University

In New York, a Jewish university refuses to recognize an association of LGBTQ + students

The presence of an LGBTQ+ student body at a private Jewish university in New York is causing controversy. Yeshiva University (YU), which welcomes more than 5,000 students, filed an urgent appeal in late August to the country’s Supreme Court to settle a lawsuit against it by a student group, the YU Pride Alliance, which organizes outreach and inclusive admissions events. The institution, which is part of the Modern Orthodox movement, refuses to allow the association to meet on campus.

In his petition to the highest judicial body in the land, Yeshiva University, presenting himself as a “A deeply religious Jewish university», claimed that recognition of the association would violate his sincere religious convictions on how to train his students in Torah values”. The institution is justified by respect for religious freedom, which is guaranteed by the First Amendment of the US Constitution. The complaint followed a ruling in June by a New York state court that granted the association official recognition on campus.

The request was denied

However, the Supreme Court, in a response from Wednesday, September 14, refused to consider the case, relying on the lower courts. “The motion is denied because it appears that plaintiffs have at least two other options for summary judgment or summary judgment in state court,” said the judges.

Decision interpreted as a “victory” camp of the LGBTQ+ association, according to Katie Rosenfeld, a lawyer for the youth group, which will be able to continue its activities until the next court decision. The university is therefore forced to recognize the association at least for the 2022-2023 school year.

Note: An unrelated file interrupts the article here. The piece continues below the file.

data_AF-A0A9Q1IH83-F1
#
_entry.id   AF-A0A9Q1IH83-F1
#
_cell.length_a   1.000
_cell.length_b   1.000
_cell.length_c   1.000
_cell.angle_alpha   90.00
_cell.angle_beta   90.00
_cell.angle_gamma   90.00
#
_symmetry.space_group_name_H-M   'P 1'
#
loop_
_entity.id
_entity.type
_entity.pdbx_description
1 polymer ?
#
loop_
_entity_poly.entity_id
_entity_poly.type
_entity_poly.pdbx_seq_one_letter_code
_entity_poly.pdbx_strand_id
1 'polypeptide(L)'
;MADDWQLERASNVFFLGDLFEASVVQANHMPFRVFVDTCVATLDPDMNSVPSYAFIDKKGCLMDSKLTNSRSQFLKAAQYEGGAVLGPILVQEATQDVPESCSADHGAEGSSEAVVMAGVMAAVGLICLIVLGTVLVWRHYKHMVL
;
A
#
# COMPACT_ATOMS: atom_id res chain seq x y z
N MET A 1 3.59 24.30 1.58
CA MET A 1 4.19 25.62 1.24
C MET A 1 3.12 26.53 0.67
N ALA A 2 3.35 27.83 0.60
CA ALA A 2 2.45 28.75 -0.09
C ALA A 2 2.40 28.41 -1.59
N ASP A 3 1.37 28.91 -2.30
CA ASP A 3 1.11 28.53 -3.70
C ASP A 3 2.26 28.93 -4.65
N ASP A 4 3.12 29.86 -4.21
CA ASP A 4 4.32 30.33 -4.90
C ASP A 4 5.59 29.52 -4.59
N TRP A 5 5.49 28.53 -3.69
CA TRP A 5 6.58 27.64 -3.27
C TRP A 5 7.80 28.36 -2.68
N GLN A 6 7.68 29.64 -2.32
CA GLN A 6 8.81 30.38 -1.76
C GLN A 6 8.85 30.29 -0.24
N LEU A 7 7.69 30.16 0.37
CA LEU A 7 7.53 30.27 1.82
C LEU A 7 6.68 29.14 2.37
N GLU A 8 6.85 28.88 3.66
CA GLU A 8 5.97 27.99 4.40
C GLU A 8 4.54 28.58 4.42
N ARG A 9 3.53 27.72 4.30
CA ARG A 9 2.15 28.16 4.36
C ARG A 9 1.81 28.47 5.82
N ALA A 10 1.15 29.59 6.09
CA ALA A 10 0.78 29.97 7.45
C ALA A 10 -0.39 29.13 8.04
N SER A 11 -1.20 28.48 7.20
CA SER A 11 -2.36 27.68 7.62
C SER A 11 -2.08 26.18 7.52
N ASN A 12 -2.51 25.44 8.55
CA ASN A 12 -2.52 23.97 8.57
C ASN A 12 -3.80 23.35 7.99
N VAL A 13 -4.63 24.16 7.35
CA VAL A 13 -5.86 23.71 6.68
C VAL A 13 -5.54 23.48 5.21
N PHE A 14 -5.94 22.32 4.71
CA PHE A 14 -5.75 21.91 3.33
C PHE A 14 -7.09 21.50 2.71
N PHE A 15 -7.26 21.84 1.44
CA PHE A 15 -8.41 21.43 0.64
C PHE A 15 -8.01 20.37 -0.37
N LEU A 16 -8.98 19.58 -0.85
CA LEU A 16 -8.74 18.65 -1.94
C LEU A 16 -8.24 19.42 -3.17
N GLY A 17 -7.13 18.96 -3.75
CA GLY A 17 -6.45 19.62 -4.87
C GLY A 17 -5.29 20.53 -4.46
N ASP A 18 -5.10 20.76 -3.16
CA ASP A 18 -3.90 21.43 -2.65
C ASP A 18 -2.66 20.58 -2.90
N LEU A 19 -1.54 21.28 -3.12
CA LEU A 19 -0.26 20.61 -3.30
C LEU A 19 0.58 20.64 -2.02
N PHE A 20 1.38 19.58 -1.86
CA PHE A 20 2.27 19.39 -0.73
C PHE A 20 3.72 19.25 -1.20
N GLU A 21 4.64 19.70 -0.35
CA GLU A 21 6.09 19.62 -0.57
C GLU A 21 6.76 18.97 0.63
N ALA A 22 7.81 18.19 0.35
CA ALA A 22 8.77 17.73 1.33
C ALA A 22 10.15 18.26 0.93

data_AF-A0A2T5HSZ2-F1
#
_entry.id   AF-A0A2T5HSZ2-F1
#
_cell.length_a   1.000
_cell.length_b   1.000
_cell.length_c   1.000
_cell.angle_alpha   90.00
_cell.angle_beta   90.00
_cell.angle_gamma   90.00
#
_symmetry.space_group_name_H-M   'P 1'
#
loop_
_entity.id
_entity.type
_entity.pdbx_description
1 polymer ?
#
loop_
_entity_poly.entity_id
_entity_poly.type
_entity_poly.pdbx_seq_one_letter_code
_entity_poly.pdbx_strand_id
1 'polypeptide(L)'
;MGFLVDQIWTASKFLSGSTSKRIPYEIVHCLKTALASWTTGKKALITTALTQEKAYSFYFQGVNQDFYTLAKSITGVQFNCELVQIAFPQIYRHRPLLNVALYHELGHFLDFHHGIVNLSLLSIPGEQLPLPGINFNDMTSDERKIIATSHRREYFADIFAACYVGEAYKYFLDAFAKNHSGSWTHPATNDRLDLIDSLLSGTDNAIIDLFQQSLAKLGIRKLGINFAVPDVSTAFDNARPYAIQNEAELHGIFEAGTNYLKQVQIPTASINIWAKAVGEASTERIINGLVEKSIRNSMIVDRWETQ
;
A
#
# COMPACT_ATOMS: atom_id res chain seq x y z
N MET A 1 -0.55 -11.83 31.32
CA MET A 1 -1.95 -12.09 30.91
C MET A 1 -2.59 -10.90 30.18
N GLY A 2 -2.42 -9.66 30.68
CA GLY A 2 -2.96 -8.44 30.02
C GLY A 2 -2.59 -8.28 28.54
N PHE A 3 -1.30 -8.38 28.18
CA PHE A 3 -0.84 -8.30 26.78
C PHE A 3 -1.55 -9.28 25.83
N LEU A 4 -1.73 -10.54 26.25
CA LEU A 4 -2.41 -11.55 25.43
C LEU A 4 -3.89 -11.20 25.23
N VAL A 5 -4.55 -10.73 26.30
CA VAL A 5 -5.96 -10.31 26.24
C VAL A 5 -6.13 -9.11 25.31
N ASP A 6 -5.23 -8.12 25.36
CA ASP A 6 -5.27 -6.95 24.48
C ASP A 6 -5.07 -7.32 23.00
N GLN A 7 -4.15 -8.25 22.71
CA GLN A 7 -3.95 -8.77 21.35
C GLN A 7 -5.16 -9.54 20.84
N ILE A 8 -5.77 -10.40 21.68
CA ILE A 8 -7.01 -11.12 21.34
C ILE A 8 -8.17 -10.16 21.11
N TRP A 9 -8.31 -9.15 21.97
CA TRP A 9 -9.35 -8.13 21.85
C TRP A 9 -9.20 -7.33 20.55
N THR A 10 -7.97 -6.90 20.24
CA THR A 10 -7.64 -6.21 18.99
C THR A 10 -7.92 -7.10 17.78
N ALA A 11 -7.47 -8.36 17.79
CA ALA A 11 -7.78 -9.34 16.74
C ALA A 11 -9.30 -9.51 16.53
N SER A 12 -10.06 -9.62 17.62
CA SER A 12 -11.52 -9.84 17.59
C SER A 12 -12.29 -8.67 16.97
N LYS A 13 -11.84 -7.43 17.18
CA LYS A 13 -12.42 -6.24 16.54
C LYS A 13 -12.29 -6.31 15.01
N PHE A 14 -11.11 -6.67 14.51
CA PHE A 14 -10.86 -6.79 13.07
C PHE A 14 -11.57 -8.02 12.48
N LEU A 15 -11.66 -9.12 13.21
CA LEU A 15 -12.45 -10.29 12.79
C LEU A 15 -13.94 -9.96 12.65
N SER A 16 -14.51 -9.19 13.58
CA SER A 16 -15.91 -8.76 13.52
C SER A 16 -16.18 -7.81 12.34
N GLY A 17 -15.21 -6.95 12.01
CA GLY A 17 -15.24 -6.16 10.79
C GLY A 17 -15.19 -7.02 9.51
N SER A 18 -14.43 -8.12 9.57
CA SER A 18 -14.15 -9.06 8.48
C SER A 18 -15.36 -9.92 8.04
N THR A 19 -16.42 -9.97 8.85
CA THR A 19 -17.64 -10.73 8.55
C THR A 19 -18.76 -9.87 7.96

Suspension of student clubs

In response, Yeshiva University management decided to suspend all college clubs to comply “a road map provided by the United States Supreme Court to protect religious freedom” institution, according to the email sent to the student.

The ban represents another twist in a legal dispute that has been ongoing for several years surrounding the admission of LGBTQ+ students at this university. Already in 2020, seven student activists filed a discrimination complaint with the New York Human Rights Commission.

anti-discrimination law

The core of the dispute is the ambiguous status of the university, founded in 1897 as the so-called yeshiva, a school of Talmud studying and training future rabbis. After becoming a private university, the facility is now referred to on its website as a “a multifaceted institution that combines the knowledge of Western civilization and the rich treasures of Jewish culture” and host diplomas in the subjects of the so-called “dishonor”.

Officially, this institution therefore does not have the status of a religious organization and must comply with the law in force in the state of New York, which prohibits discrimination on several grounds, including identity and sexual orientation.

If the Supreme Court ultimately hears the case, however, the ruling could prove the establishment right: Since conservative Justice Amy Coney Barrett arrived on the Supreme Court in 2020, referrals in religious liberty cases have almost always upheld the faith. institutions.

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